A mixed-use apartment building with a striking look is rising on the site of a block-long lot at 44 Kent Street in Greenpoint, across from Transmitter Park, adding to that neighborhood’s post-2005 rezoning building boom.
The project has topped out, and stands six stories. Windows have been installed, and some of the facade of the building has begun to go up.
The building has a modern look with a white panel extending along the top of the retail space, creating a strong horizontal rhythm and emphasizing the storefront. The materials look to be a mix of cream-colored stucco, wood or brick and, at the base, rusty Corten steel.
The designer, ND Architecture, has established a reputation for creative design on a typical budget. Principal Nataliya Donskoy is a former protege of architect Robert Scarano.
The building is set to contain 42 rental apartments and one commercial unit. Residential square feet will total 27,247, with an average apartment size of about 770, according to DOB permits and the architect’s site.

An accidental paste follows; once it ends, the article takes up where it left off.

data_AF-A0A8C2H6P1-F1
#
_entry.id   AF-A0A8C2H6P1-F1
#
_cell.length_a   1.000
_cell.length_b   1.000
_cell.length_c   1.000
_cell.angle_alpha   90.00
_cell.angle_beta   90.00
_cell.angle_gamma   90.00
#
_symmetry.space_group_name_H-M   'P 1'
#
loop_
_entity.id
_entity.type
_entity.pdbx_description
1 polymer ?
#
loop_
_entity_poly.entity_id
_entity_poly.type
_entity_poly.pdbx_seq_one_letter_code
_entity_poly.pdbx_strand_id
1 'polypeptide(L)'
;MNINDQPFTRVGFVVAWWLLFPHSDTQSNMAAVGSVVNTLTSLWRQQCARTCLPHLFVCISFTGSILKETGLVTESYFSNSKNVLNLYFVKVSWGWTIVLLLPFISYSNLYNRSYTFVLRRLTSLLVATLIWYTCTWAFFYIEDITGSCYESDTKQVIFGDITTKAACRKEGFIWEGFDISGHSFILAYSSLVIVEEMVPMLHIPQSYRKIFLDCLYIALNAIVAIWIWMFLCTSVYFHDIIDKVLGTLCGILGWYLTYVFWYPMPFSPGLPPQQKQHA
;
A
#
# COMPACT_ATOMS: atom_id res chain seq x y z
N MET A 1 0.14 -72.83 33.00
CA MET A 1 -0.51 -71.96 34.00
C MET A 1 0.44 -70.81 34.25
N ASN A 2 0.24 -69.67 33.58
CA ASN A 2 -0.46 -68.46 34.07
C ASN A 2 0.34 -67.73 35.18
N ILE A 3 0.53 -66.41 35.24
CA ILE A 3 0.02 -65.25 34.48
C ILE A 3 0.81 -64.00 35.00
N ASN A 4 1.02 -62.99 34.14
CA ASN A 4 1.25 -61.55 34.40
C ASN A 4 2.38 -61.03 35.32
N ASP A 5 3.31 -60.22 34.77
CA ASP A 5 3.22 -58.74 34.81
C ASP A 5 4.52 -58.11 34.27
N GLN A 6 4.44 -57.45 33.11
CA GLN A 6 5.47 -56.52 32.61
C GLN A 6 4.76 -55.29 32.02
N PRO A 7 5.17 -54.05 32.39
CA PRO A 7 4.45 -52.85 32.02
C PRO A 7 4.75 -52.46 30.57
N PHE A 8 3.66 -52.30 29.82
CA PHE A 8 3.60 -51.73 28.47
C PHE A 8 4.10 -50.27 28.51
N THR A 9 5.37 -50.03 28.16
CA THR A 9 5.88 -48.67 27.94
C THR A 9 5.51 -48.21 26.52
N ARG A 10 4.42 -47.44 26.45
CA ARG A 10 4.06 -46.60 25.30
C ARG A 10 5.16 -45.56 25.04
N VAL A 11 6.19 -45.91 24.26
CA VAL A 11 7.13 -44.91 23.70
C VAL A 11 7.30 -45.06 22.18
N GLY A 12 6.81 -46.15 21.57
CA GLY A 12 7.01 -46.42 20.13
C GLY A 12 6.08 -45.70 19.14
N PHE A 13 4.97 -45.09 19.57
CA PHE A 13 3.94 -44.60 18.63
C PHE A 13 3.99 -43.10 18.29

The retail space will measure 1,910 square feet and “attract shoppers and bring new life to this quiet area,” according to the architect.
There will be underground parking for 27 cars, a roof terrace, and a shared recreation area, according to building permits.
The developer of the building is Midwood-based Loketch Group, run by father and son duo Moishe and Pinny Loketch, according to reports.
The architect’s other projects in Brooklyn include a variety of mid-size buildings, such as rentals at 146 S 4th Street in Williamsburg topped by rusty Corten steel-clad high bay windows that resemble giant cornices looming over the brick building.
The development team on the project isn’t the first to make an attempt at redeveloping the property. Developers Cayuga Capital and Davis Companies bought the property for $5.2 million in 2012. The previous architect of record before Donskoy was Hustvedt Culter Architects.
They then sold the building to the current group in 2014 for $8.75 million.
The property, which occupies stretches along West Street between Greenpoint Avenue and Kent Street, was formerly an empty lot.
The building’s construction is a sign of a changing Greenpoint. The neighborhood has seen significant development in recent years following a 2005 waterfront rezoning.
Also rising on the waterfront is the sprawling Greenpoint Landing. It will bring 10 large buildings, some of them condos, and thousands of new residents to the area.
[Photos by Susan De Vries]
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